Ready again to honor World War I troops on Forest Park Drive: Our Neighborhood, The Way it Was

Photos courtesy of Woodhaven Cultural and Historical Society

On a hill overlooking Woodhaven sits a few dozen trees planted one hundred years ago in memory of the young locals who went off to fight in World War I but never came home.

In the days leading up to each Memorial Day, the ladies of the American Legion Auxiliary would decorate the trees in red, white, and blue ribbons. Friends and family of the fallen soldiers that the trees were dedicated to would leave notes and flowers at ‘their’ tree. And so, the Memorial Trees in Forest Park became established as part of Woodhaven’s Memorial Day tradition.

However, this tradition faded away in the early 1940s and the purpose of the trees along Forest Park Drive was forgotten for nearly 75 years. Why did it fade away? An integral part of the memorial in the park was a large granite monument with the names of the fallen soldiers.

It sat directly across the street from the old Golf Clubhouse, known today as Oak Ridge, which houses the administrative offices of Forest Park.

When Woodhaven Boulevard was widened, the old Legion home was torn down and a new one erected at 91st Street and 89th Avenue. It was decided to move the monument from Forest Park to the new home of Post 118. As a result, the parade was rerouted and over time, the meaning behind the trees was forgotten.

How did unique living war memorial come to be? After the war ended, communities around the country were looking for ways to memorialize the sacrifices of the young men who never came home.

Less than two weeks after the war ended, Queens Parks Commissioner Albert C. Benninger announced plans to “erect a memorial tablet in one of the parks in Queens, probably Forest Park, for the soldiers of this borough who lost their lives in battle.”

While the plans for a borough-wide memorial were eventually moved elsewhere, Forest Park was still eyed as the site for a more localized memorial. In early 1919, The Patriotic League of Woodhaven brought together a group of sixty delegates representing the civic, fraternal, religious, political and other organizations in the community to plan for a way to commemorate the young men who gave their lives in defense of their country.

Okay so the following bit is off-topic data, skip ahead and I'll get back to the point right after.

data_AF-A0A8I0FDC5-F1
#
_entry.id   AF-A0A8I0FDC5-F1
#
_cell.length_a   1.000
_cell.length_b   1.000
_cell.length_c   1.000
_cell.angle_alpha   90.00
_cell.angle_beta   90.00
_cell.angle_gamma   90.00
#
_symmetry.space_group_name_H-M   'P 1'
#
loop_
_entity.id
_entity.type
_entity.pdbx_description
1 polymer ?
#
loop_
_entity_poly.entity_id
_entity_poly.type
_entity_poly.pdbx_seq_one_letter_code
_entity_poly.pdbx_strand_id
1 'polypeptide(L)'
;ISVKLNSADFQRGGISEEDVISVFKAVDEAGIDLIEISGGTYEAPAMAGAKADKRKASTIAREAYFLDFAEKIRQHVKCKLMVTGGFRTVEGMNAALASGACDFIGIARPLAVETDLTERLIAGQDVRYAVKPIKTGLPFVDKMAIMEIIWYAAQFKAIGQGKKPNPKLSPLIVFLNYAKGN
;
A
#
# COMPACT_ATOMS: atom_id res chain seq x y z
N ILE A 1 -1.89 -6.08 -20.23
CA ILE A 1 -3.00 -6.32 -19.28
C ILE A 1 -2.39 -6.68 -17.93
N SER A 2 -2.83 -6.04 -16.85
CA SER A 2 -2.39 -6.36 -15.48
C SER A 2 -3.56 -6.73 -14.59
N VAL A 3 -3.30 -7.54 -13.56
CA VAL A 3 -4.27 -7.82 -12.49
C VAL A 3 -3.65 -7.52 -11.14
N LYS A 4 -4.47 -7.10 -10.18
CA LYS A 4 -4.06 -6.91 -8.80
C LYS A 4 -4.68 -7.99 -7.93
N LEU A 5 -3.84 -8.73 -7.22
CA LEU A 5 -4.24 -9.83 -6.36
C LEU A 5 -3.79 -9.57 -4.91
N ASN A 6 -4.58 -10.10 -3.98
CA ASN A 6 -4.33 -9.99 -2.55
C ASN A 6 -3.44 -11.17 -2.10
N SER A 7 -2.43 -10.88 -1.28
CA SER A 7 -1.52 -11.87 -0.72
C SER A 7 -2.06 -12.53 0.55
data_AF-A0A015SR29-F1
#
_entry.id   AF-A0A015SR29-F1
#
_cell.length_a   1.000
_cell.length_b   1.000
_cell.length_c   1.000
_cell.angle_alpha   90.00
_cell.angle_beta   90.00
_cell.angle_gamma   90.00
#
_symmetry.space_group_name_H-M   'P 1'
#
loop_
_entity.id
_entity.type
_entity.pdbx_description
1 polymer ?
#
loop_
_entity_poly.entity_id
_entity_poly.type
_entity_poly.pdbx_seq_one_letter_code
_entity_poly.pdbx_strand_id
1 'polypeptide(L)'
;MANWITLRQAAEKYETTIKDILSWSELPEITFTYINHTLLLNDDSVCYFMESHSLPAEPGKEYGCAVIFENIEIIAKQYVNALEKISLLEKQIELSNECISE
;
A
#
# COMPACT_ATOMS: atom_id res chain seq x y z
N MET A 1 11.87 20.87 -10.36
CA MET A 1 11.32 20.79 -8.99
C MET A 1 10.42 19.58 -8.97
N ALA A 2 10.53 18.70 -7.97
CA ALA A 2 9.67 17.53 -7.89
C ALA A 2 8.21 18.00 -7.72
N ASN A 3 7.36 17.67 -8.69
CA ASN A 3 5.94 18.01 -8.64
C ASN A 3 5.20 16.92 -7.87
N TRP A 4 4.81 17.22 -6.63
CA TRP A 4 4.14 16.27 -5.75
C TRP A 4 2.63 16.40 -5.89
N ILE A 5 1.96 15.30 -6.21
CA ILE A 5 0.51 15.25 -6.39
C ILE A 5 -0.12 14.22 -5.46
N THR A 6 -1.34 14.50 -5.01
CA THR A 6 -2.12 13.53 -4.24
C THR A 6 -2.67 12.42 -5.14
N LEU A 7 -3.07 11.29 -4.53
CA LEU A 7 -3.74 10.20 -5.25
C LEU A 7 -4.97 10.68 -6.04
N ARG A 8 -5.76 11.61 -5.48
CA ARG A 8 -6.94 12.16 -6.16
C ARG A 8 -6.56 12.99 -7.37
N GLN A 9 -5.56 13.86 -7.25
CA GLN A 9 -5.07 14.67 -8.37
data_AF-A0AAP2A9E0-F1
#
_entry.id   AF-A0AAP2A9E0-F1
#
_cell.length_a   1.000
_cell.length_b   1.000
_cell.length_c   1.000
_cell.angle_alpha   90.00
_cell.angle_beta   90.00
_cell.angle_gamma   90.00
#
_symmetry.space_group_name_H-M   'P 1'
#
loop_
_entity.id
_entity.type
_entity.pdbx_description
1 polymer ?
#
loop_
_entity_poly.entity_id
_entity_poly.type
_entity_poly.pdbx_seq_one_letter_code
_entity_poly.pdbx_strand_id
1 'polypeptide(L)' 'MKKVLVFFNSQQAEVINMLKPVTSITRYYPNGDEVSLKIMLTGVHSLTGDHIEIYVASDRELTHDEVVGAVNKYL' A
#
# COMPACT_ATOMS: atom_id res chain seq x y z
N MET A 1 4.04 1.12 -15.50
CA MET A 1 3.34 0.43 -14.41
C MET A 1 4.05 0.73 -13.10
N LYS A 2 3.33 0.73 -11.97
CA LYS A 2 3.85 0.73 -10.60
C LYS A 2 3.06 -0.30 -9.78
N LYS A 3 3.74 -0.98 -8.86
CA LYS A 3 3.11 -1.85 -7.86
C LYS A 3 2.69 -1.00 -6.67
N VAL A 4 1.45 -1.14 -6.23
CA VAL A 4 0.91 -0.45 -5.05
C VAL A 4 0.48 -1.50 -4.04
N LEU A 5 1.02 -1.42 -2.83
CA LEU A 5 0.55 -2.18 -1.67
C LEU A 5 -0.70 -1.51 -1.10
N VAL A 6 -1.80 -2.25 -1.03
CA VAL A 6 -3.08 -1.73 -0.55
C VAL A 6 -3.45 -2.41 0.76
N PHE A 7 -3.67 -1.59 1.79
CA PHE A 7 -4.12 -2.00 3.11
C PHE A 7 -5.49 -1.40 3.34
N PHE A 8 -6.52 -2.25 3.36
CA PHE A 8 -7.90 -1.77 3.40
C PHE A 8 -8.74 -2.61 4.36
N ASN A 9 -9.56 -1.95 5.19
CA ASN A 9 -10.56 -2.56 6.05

The resulting organization, known as The Woodhaven War Heroes Permanent Memorial Committee, sought to use a site near the golf clubhouse in Forest Park and plant one oak tree for each of the young heroes. The trees were planted near the end of April and the dedication ceremony took place just six-months after the war had ended, on Sunday, May 11, 1919.

On that day, the families of the fallen soldiers attended the dedication of the oak trees in front of the golf clubhouse in Forest Park. The ceremony was presided over by one of the soldiers who did return home: James Pasta, one of the chief members of the Permanent Memorial Committee (he would go on to become the very first Commander of Woodhaven American Legion Post 118).

Prayers were offered by Reverend George Sherman of St. Thomas the Apostle Church and local boys and girls took part in the ceremony. As each name was called, they would place a red carnation in a large white cross.

At the end of the roll call, the cross and carnations were placed in an upright position among the Memorial Trees in the park overlooking the community the fallen heroes had lived in.

One hundred years later, the sacrifice the young men of Woodhaven made far from home is still remembered in the form of this living memorial. In 2017, the road which the trees line was officially co-named Forest Park Memorial Drive.

Each year, the Woodhaven Cultural & Historical Society keeps the decoration tradition alive and honors the fallen soldiers by adorning the trees with patriotic ribbons. Everyone is welcome to join; if interested, email us at woodhavenhistory@gmail.com or call 718-805-2002 for more information.

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